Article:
The journey to advocacy
We must reject not only the stereotypes that others have for us, but also those that we have of ourselves.
I am a trailblazer. As of April 2020, I was first in my immediate family to attend and graduate from Columbia College of Missouri, where I studied Political Science, Sociology, and Pre-law. Although my childhood struggles aren't written on my face, I can never forget the obstacles I endured being the oldest of six astonishing children. I spent most of my childhood without the presence of my father whom of which was punished for a crime he did not commit, and I've witnessed my mother on numerous occasions struggle to make ends meat and keep food on our table.
As a child, I never really realized what it meant to be underprivileged because my friends and family were always in the same environment, Detroit's inner city, MI.
Interview with the National Institute for Civil Discourse
During my undergrad experience, I lost both of my parents to senseless violence in my hometown of Detroit. I had to mentally and physically recover from two devastating heartbreaks while balancing the stress of college. However, despite the events that transpired throughout my childhood and adolescence, I refused to allow negative stereotypes to impact my future. I felt personally obligated in making education my priority so that my siblings could have a role model to look up to.
I was able to balance my studies while serving on numerous student leadership executive boards, including the Black Student Union, the Black Prelaw Student Association, Phi Alpha Delta, and Student Senate, which required extensive commitment. My involvement in these organizations gave my voice the power it needed to speak up against social injustices in my life, including those that occurred on campus. I gained valuable insight into organizational advocacy by attending national conferences such as the National Conference for College Women Student Leaders, Public Leadership Education Network, Young People For (YP4).
My goal is to make the voices of underrepresented communities heard in spaces where others will try to silence them.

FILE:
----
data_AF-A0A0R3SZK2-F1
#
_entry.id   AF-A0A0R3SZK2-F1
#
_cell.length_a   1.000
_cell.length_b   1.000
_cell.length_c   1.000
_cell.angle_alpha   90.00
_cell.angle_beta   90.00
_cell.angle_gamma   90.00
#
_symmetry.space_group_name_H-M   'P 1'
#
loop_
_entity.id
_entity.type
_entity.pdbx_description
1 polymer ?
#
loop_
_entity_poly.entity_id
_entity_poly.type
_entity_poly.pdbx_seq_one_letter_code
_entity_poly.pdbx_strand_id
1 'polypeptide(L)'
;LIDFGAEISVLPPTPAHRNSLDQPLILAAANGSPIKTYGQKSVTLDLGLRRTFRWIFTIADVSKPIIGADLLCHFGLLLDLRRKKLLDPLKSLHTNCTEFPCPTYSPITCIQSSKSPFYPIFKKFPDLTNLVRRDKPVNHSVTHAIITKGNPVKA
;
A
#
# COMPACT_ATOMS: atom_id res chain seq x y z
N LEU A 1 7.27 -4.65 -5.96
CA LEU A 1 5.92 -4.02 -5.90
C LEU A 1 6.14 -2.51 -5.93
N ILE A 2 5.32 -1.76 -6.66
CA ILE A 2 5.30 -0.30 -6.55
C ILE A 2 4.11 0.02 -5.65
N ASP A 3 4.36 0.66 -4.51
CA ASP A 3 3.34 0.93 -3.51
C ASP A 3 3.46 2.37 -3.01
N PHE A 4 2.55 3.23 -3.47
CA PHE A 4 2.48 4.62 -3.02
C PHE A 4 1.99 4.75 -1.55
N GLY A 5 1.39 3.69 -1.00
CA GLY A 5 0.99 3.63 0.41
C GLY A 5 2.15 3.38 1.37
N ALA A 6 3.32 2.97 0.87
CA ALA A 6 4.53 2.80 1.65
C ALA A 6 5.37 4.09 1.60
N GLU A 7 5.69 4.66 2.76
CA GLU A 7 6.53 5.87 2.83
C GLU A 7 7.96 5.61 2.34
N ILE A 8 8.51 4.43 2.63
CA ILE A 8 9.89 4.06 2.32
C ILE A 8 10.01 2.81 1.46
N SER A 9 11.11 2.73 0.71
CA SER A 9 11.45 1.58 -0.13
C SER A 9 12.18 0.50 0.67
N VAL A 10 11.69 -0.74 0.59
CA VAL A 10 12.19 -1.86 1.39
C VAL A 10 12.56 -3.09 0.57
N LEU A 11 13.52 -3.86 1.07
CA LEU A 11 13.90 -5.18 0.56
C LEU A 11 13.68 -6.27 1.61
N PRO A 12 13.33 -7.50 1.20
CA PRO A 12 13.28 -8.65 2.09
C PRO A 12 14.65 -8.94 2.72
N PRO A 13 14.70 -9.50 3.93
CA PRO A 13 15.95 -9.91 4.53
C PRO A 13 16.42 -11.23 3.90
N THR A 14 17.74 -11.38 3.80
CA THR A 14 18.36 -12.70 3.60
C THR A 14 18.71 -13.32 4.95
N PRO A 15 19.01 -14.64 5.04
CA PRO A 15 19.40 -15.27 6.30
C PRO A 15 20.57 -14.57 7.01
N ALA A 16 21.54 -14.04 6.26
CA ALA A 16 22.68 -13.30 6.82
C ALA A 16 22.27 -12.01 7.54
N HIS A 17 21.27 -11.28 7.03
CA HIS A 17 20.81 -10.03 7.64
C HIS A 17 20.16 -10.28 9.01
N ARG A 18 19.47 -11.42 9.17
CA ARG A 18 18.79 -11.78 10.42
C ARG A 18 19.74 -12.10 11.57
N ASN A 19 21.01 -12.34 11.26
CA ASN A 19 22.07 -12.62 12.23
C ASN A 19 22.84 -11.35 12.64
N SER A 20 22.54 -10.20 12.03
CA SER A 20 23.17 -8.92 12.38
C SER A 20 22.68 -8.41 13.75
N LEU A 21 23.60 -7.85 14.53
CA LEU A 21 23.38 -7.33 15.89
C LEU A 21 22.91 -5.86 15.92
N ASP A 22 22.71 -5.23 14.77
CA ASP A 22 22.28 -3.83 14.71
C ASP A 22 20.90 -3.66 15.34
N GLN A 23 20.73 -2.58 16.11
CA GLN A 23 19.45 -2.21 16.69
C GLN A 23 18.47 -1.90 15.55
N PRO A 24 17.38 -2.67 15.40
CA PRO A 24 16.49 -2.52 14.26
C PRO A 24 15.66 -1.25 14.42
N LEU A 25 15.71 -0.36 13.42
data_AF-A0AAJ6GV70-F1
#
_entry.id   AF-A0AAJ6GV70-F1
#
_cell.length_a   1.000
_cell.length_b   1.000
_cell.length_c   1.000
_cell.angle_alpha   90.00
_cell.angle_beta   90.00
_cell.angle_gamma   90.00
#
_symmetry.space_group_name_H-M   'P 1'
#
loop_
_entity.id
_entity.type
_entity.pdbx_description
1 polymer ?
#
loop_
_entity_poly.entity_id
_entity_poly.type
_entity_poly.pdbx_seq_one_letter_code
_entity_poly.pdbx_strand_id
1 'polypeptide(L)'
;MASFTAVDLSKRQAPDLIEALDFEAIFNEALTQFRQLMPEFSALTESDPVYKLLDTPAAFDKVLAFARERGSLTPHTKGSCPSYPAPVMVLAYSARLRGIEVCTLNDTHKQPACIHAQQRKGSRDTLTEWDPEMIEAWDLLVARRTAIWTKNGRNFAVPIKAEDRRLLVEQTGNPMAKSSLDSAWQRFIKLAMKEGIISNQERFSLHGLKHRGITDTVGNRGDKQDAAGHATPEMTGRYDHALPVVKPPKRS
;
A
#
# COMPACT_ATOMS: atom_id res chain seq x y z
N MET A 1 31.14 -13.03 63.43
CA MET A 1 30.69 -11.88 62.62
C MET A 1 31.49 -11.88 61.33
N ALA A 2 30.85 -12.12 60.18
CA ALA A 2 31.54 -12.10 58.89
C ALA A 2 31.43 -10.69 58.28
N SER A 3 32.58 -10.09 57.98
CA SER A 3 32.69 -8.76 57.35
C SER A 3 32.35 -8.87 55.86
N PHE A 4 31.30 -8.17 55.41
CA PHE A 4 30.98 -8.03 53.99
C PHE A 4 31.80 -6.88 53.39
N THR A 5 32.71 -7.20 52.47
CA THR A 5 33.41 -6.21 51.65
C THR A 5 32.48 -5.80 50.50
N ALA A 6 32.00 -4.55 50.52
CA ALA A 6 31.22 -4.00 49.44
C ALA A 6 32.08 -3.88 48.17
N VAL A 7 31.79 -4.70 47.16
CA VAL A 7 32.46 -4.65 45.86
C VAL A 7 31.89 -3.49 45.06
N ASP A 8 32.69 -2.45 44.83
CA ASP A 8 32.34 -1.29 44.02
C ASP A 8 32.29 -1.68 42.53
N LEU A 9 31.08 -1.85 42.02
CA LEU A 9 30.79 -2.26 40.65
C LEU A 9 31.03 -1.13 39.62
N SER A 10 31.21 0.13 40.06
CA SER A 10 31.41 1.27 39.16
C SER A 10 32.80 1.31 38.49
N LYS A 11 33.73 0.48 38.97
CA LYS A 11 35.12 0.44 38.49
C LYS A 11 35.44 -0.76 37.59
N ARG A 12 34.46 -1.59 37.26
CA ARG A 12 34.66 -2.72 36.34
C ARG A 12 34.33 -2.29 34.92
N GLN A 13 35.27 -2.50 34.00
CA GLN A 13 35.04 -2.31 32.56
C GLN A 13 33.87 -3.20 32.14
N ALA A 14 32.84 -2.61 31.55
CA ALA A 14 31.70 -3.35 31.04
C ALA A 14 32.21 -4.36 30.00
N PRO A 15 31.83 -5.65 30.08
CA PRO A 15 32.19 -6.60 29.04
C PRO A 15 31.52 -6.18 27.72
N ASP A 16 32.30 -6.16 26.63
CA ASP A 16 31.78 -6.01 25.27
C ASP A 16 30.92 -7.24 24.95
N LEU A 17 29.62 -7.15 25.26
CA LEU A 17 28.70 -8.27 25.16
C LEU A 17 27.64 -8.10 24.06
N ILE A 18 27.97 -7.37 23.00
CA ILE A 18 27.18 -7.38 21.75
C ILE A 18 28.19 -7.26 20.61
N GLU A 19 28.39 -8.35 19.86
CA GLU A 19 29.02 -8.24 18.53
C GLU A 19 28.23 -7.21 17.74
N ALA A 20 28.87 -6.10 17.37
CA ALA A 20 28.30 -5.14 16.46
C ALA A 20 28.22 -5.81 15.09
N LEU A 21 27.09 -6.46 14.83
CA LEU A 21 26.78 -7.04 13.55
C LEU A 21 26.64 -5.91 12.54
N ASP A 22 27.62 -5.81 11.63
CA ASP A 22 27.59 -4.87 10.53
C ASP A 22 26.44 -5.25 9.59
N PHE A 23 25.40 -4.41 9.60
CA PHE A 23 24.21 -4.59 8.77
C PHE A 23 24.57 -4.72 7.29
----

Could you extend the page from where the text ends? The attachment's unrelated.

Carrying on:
I believe the voices of those in underrepresented communities must be heard in order to educate others and inform those who are unaware of the realities of our everyday experiences. My involvement with many internships, most notably being selected as the Spring 2019 William Hearst Fellow at the Aspen Institute, led me to navigate Washington D.C and Capitol Hill on behalf of the organization and network with prominent leaders.
Guest speaker appearance for the University of Kentucky
I worked as an Advocacy Intern with the Leadership Conference on Human and Civil Rights where I assisted in drafting proposal comments and brief memos which required intense research on issues directly impacting the disfranchised communities I aim to advocate for. During summer 2019, I joined the National Institute for Civil Discourse's CommonSenseAmerica (CSA) Initiative, where I did intensive legislation watching specific bills regarding education, and regulatory and affordable housing. As a public speaker, I aim to ensure that young people from diverse perspectives across America would be represented by continuing to cultivate safe spaces to share their experiences.Throughout my experience, my goal is to make the voices of underrepresented communities heard in spaces where others will try to silence them.
My leadership is centered around being community-driven because I work for my community.
My leadership is centered around being community-driven because I work for my community. Over the years, I became more culturally aware of additional underrepresented communities, including cultures from various African countries and my own cultural roots from the Caribbean islands.
After discovering the power that many of my ancestors possessed, including Dr. Martin Luther King Jr, Ida B. Wells, Malcolm X, Huey Newton, and Rosa Parks, their heroic actions provided me with the courage to advocate social equity for underrepresented communities through the legislation and judicial system. I demand that Black communities have adequate representation in Congress, state, and local government because we too are citizens. Systematic oppression, police brutality, and institutionalized discrimination has destroyed low-income communities, and I want to make America accessible for all of its citizens, including those in underrepresented communities because our voices matter and deserve to be heard.
2017's Kansas University Multicultural Student Government Straight Talk “Retention Rates” with Chancellor Girod
I believe that advocating for your community should extend far beyond a job title. My past allowed me to experience the hardships, but it paved the way for me to fight for social liberation in the present, and will allow me to advocate for disenfranchised communities in the future. I refuse to allowed inequality to occur in my presence. I will continue to ensure equity and equality for those in my community and communities beyond. I will fight with integrity, fairness, and individuality. My leadership is centered around being community-driven because I work for my community.